The Wizard of Oz may be a good story, but it’s not a reliable source of spiritual information. God said something quite different. According to Him, the greatest commandment is to love—to love Him first and then others (Mark 12:29-31). Scripture says nothing about expecting to be loved in return. In fact, Jesus stated the opposite in His most famous sermon: “Blessed are you when they revile and persecute you, and say all kinds of evil against you falsely for My sake. Rejoice and be exceedingly glad, for great is your reward in heaven” (Matt. 5:11-12-note).
When it comes to love, the important thing we need to know is this: All love starts with God (1 John 4:19-note). As Moses told the Israelites, God delighted in them to love them (Deut. 10:15), and because of that they were to love others, even strangers (1Jn 4:19). God’s intent is that the people who receive His love will become the conduit of His love to others.
Apart from God—who Himself is love—none of us could truly love or be loved (1John 4:7-8). (Our Daily Bread, Copyright RBC Ministries, Grand Rapids, MI. — Reprinted by permission. All rights reserved)
“Love seeketh not her own,” and so
He did not stay as God above,
But chose a manger and a cross
To show that He was Love.
He who does not love does not know God, for God is love. —1 John 4:8
1 John 4:7-11 For God so loved the world that He gave His only begotten Son. —John 3:16
The words “For God so loved the world” are cherished by every believer. But without realizing it, their familiarity can dull our appreciation of their full meaning. I became aware of my own ingratitude one Christmas when I received a card that said, “God still loves the world!” That card has adorned my kitchen wall ever since. It reminds me that God’s love is always and forever in the present tense.
John 3:16 also emphasizes that God’s endless love for the world motivated Him to give His Son for its redemption. But what is meant by the word world? While God is concerned about our polluted planet, He is supremely concerned about the souls of those who inhabit it. Followers of Christ must love the world too. We must see it as a world of individuals who are lost and need to hear the gospel.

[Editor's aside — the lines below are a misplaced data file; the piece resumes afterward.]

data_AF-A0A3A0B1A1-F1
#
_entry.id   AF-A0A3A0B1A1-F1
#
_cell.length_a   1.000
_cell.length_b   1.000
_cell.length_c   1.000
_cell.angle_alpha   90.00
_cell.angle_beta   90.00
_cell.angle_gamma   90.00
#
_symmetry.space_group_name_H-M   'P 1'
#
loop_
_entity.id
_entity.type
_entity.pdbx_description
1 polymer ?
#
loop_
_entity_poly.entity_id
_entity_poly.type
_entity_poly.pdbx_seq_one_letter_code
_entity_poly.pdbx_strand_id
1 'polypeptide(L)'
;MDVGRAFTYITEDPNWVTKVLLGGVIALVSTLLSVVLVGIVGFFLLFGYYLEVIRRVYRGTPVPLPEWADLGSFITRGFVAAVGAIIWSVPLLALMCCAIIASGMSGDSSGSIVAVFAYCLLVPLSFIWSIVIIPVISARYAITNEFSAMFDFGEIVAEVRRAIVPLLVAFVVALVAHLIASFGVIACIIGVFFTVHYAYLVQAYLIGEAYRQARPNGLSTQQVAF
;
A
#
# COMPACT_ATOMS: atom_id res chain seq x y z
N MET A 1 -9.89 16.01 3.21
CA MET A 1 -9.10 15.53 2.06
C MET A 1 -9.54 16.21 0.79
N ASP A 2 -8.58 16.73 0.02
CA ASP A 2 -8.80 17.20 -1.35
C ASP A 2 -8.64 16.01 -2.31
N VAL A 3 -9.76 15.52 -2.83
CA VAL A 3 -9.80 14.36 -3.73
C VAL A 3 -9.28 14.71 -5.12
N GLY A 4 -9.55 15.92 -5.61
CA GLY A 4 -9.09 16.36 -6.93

A mature Christian said to a young, enthusiastic believer, “You love to witness to people, don’t you?” “Yes, I do,” was the hasty reply. “But do you love the people you witness to?” he probed. He knew the possibility of witnessing to people without necessarily loving them as individuals.
Let’s be careful we don’t go through the motions without loving those we’re talking to. Our witness will lack power without the force of God’s love. (Our Daily Bread, Copyright RBC Ministries, Grand Rapids, MI. — Reprinted by permission. All rights reserved)
To tell the lost about God's love
If we don't love them too
Is insincere and lacks the strength
Of words that should ring true.
Those who love Christ have a love for the lost.
Love Hurts! - This is My commandment, that you love one another as I have loved you. —John 15:12
“Sometimes love sure hurts!” The mother and father were expressing the difficulties and heartaches of guiding their children through their teen years. “Maybe if we didn’t love them quite so much it wouldn’t be so hard,” the husband added.
Even though love brings pain and sorrow, what would life be without it? In his book The Four Loves, C. S. Lewis wrote:
“To love at all is to be vulnerable. Love anything and your heart will be wrung and possibly be broken. If you want to make sure of keeping it intact, you must give your heart to no one, not even an animal. Wrap it carefully around with hobbies and little luxuries; avoid all entanglements; lock it up safe in the casket or coffin of your selfishness… The only place outside heaven where you can be perfectly safe from all the dangers … of love is hell.”
To love is to take risks, to expose our hearts. Sometimes it hurts! It hurt Christ, but He kept on loving, even at the cost of His life. He commanded us, “Love one another as I have loved you” (Jn. 15:12).
We must keep loving that spouse, that teenager, that neighbor, that co-worker. It is Christlike—and it’s better than locking your heart in a coffin of self-centeredness. By David C. Egner (Our Daily Bread, Copyright RBC Ministries, Grand Rapids, MI. — Reprinted by permission. All rights reserved)
Thinking It Over
How have you been hurt by those you've tried to love?
Have you been tempted to withhold your love?
How has someone shown patient love to you?
Nothing costs as much as loving except not loving.